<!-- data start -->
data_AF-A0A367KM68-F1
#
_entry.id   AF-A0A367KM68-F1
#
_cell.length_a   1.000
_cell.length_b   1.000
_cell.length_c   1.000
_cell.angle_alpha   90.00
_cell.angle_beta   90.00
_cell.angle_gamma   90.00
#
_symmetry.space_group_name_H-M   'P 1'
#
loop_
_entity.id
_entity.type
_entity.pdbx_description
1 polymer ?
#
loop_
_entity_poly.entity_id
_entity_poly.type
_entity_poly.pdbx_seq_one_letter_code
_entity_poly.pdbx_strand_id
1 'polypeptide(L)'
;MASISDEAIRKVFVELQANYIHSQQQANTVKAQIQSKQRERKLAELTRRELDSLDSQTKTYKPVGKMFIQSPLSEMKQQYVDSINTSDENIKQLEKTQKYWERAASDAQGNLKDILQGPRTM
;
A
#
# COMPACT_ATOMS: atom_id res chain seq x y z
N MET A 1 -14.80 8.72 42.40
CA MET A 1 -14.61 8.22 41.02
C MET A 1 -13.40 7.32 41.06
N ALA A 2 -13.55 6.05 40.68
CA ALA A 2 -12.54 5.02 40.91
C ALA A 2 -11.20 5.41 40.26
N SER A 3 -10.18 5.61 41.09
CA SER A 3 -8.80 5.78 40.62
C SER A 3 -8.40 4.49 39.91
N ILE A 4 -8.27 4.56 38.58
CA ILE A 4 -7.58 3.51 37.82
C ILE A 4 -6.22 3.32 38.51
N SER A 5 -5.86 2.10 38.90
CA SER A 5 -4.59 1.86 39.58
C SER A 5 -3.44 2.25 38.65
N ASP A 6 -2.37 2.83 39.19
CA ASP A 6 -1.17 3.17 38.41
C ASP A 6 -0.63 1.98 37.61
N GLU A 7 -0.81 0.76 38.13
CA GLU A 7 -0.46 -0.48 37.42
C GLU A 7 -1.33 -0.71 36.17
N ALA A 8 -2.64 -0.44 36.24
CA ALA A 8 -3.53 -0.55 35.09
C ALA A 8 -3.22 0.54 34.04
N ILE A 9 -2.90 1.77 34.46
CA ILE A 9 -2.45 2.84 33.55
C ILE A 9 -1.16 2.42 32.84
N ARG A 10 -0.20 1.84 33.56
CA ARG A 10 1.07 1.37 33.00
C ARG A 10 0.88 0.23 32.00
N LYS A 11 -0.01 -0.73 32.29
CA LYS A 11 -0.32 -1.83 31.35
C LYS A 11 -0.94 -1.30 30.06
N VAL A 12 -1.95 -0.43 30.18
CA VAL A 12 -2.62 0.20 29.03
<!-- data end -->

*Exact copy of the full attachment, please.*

data_AF-A0A367KM68-F1
#
_entry.id   AF-A0A367KM68-F1
#
_cell.length_a   1.000
_cell.length_b   1.000
_cell.length_c   1.000
_cell.angle_alpha   90.00
_cell.angle_beta   90.00
_cell.angle_gamma   90.00
#
_symmetry.space_group_name_H-M   'P 1'
#
loop_
_entity.id
_entity.type
_entity.pdbx_description
1 polymer ?
#
loop_
_entity_poly.entity_id
_entity_poly.type
_entity_poly.pdbx_seq_one_letter_code
_entity_poly.pdbx_strand_id
1 'polypeptide(L)'
;MASISDEAIRKVFVELQANYIHSQQQANTVKAQIQSKQRERKLAELTRRELDSLDSQTKTYKPVGKMFIQSPLSEMKQQYVDSINTSDENIKQLEKTQKYWERAASDAQGNLKDILQGPRTM
;
A
#
# COMPACT_ATOMS: atom_id res chain seq x y z
N MET A 1 -14.80 8.72 42.40
CA MET A 1 -14.61 8.22 41.02
C MET A 1 -13.40 7.32 41.06
N ALA A 2 -13.55 6.05 40.68
CA ALA A 2 -12.54 5.02 40.91
C ALA A 2 -11.20 5.41 40.26
N SER A 3 -10.18 5.61 41.09
CA SER A 3 -8.80 5.78 40.62
C SER A 3 -8.40 4.49 39.91
N ILE A 4 -8.27 4.56 38.58
CA ILE A 4 -7.58 3.51 37.82
C ILE A 4 -6.22 3.32 38.51
N SER A 5 -5.86 2.10 38.90
CA SER A 5 -4.59 1.86 39.58
C SER A 5 -3.44 2.25 38.65
N ASP A 6 -2.37 2.83 39.19
CA ASP A 6 -1.17 3.17 38.41
C ASP A 6 -0.63 1.98 37.61
N GLU A 7 -0.81 0.76 38.13
CA GLU A 7 -0.46 -0.48 37.42
C GLU A 7 -1.33 -0.71 36.17
N ALA A 8 -2.64 -0.44 36.24
CA ALA A 8 -3.53 -0.55 35.09
C ALA A 8 -3.22 0.54 34.04
N ILE A 9 -2.90 1.77 34.46
CA ILE A 9 -2.45 2.84 33.55
C ILE A 9 -1.16 2.42 32.84
N ARG A 10 -0.20 1.84 33.56
CA ARG A 10 1.07 1.37 33.00
C ARG A 10 0.88 0.23 32.00
N LYS A 11 -0.01 -0.73 32.29
CA LYS A 11 -0.32 -1.83 31.35
C LYS A 11 -0.94 -1.30 30.06
N VAL A 12 -1.95 -0.43 30.18
CA VAL A 12 -2.62 0.20 29.03